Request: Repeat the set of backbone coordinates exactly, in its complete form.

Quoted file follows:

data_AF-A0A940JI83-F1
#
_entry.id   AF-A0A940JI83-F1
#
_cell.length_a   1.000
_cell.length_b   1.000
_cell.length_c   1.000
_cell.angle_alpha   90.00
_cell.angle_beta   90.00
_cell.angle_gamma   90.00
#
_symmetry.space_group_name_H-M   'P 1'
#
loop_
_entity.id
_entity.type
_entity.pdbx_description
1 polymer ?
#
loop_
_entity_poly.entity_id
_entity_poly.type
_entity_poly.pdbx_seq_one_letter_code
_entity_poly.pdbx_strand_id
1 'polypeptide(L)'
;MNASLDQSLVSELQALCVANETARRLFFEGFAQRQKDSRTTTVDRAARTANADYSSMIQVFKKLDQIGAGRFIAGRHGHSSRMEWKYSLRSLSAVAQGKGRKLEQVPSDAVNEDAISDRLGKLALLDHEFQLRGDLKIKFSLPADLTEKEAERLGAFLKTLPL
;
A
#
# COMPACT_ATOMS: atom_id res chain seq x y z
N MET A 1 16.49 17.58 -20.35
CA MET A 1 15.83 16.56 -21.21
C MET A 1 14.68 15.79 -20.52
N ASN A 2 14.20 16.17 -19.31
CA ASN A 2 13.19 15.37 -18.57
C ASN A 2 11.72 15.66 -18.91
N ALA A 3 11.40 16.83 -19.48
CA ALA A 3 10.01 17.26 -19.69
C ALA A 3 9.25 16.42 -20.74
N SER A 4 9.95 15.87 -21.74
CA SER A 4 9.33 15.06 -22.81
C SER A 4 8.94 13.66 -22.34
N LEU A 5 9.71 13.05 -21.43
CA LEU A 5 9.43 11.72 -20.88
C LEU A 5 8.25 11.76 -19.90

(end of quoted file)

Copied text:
data_AF-A0A940JI83-F1
#
_entry.id   AF-A0A940JI83-F1
#
_cell.length_a   1.000
_cell.length_b   1.000
_cell.length_c   1.000
_cell.angle_alpha   90.00
_cell.angle_beta   90.00
_cell.angle_gamma   90.00
#
_symmetry.space_group_name_H-M   'P 1'
#
loop_
_entity.id
_entity.type
_entity.pdbx_description
1 polymer ?
#
loop_
_entity_poly.entity_id
_entity_poly.type
_entity_poly.pdbx_seq_one_letter_code
_entity_poly.pdbx_strand_id
1 'polypeptide(L)'
;MNASLDQSLVSELQALCVANETARRLFFEGFAQRQKDSRTTTVDRAARTANADYSSMIQVFKKLDQIGAGRFIAGRHGHSSRMEWKYSLRSLSAVAQGKGRKLEQVPSDAVNEDAISDRLGKLALLDHEFQLRGDLKIKFSLPADLTEKEAERLGAFLKTLPL
;
A
#
# COMPACT_ATOMS: atom_id res chain seq x y z
N MET A 1 16.49 17.58 -20.35
CA MET A 1 15.83 16.56 -21.21
C MET A 1 14.68 15.79 -20.52
N ASN A 2 14.20 16.17 -19.31
CA ASN A 2 13.19 15.37 -18.57
C ASN A 2 11.72 15.66 -18.91
N ALA A 3 11.40 16.83 -19.48
CA ALA A 3 10.01 17.26 -19.69
C ALA A 3 9.25 16.42 -20.74
N SER A 4 9.95 15.87 -21.74
CA SER A 4 9.33 15.06 -22.81
C SER A 4 8.94 13.66 -22.34
N LEU A 5 9.71 13.05 -21.43
CA LEU A 5 9.43 11.72 -20.88
C LEU A 5 8.25 11.76 -19.90